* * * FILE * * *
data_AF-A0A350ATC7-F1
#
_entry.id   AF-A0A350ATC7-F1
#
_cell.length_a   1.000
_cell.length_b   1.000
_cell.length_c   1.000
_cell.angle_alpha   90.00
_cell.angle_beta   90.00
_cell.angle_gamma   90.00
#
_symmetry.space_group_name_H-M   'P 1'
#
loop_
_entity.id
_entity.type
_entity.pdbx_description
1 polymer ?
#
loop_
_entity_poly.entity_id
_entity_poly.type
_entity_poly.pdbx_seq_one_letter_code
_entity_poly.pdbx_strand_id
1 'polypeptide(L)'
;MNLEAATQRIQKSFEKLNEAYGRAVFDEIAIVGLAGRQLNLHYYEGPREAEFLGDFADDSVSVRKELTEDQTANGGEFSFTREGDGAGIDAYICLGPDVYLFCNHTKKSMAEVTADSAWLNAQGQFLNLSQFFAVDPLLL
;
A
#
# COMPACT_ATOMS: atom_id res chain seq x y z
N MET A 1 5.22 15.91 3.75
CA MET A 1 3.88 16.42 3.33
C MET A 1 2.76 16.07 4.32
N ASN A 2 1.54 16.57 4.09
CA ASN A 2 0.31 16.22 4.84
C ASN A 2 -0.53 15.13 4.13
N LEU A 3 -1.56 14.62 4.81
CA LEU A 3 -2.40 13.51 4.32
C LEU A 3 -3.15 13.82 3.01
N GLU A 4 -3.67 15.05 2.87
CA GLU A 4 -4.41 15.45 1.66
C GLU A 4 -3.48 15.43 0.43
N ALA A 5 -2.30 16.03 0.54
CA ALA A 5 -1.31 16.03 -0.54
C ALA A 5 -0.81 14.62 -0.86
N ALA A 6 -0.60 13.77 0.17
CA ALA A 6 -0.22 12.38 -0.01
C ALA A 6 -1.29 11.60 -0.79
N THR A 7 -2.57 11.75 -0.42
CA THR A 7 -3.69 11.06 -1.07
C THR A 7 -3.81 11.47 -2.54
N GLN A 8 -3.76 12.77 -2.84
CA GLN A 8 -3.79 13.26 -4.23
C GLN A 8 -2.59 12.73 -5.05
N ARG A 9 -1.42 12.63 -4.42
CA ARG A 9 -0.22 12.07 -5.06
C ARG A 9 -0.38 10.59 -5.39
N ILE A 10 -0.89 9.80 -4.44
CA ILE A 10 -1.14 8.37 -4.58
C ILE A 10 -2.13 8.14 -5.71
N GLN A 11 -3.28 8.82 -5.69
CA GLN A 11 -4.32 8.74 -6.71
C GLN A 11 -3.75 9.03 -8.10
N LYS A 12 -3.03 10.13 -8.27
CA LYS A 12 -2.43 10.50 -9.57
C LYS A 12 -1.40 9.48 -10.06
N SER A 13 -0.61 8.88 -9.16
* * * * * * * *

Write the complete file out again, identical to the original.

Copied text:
data_AF-A0A350ATC7-F1
#
_entry.id   AF-A0A350ATC7-F1
#
_cell.length_a   1.000
_cell.length_b   1.000
_cell.length_c   1.000
_cell.angle_alpha   90.00
_cell.angle_beta   90.00
_cell.angle_gamma   90.00
#
_symmetry.space_group_name_H-M   'P 1'
#
loop_
_entity.id
_entity.type
_entity.pdbx_description
1 polymer ?
#
loop_
_entity_poly.entity_id
_entity_poly.type
_entity_poly.pdbx_seq_one_letter_code
_entity_poly.pdbx_strand_id
1 'polypeptide(L)'
;MNLEAATQRIQKSFEKLNEAYGRAVFDEIAIVGLAGRQLNLHYYEGPREAEFLGDFADDSVSVRKELTEDQTANGGEFSFTREGDGAGIDAYICLGPDVYLFCNHTKKSMAEVTADSAWLNAQGQFLNLSQFFAVDPLLL
;
A
#
# COMPACT_ATOMS: atom_id res chain seq x y z
N MET A 1 5.22 15.91 3.75
CA MET A 1 3.88 16.42 3.33
C MET A 1 2.76 16.07 4.32
N ASN A 2 1.54 16.57 4.09
CA ASN A 2 0.31 16.22 4.84
C ASN A 2 -0.53 15.13 4.13
N LEU A 3 -1.56 14.62 4.81
CA LEU A 3 -2.40 13.51 4.32
C LEU A 3 -3.15 13.82 3.01
N GLU A 4 -3.67 15.05 2.87
CA GLU A 4 -4.41 15.45 1.66
C GLU A 4 -3.48 15.43 0.43
N ALA A 5 -2.30 16.03 0.54
CA ALA A 5 -1.31 16.03 -0.54
C ALA A 5 -0.81 14.62 -0.86
N ALA A 6 -0.60 13.77 0.17
CA ALA A 6 -0.22 12.38 -0.01
C ALA A 6 -1.29 11.60 -0.79
N THR A 7 -2.57 11.75 -0.42
CA THR A 7 -3.69 11.06 -1.07
C THR A 7 -3.81 11.47 -2.54
N GLN A 8 -3.76 12.77 -2.84
CA GLN A 8 -3.79 13.26 -4.23
C GLN A 8 -2.59 12.73 -5.05
N ARG A 9 -1.42 12.63 -4.42
CA ARG A 9 -0.22 12.07 -5.06
C ARG A 9 -0.38 10.59 -5.39
N ILE A 10 -0.89 9.80 -4.44
CA ILE A 10 -1.14 8.37 -4.58
C ILE A 10 -2.13 8.14 -5.71
N GLN A 11 -3.28 8.82 -5.69
CA GLN A 11 -4.32 8.74 -6.71
C GLN A 11 -3.75 9.03 -8.10
N LYS A 12 -3.03 10.13 -8.27
CA LYS A 12 -2.43 10.50 -9.57
C LYS A 12 -1.40 9.48 -10.06
N SER A 13 -0.61 8.88 -9.16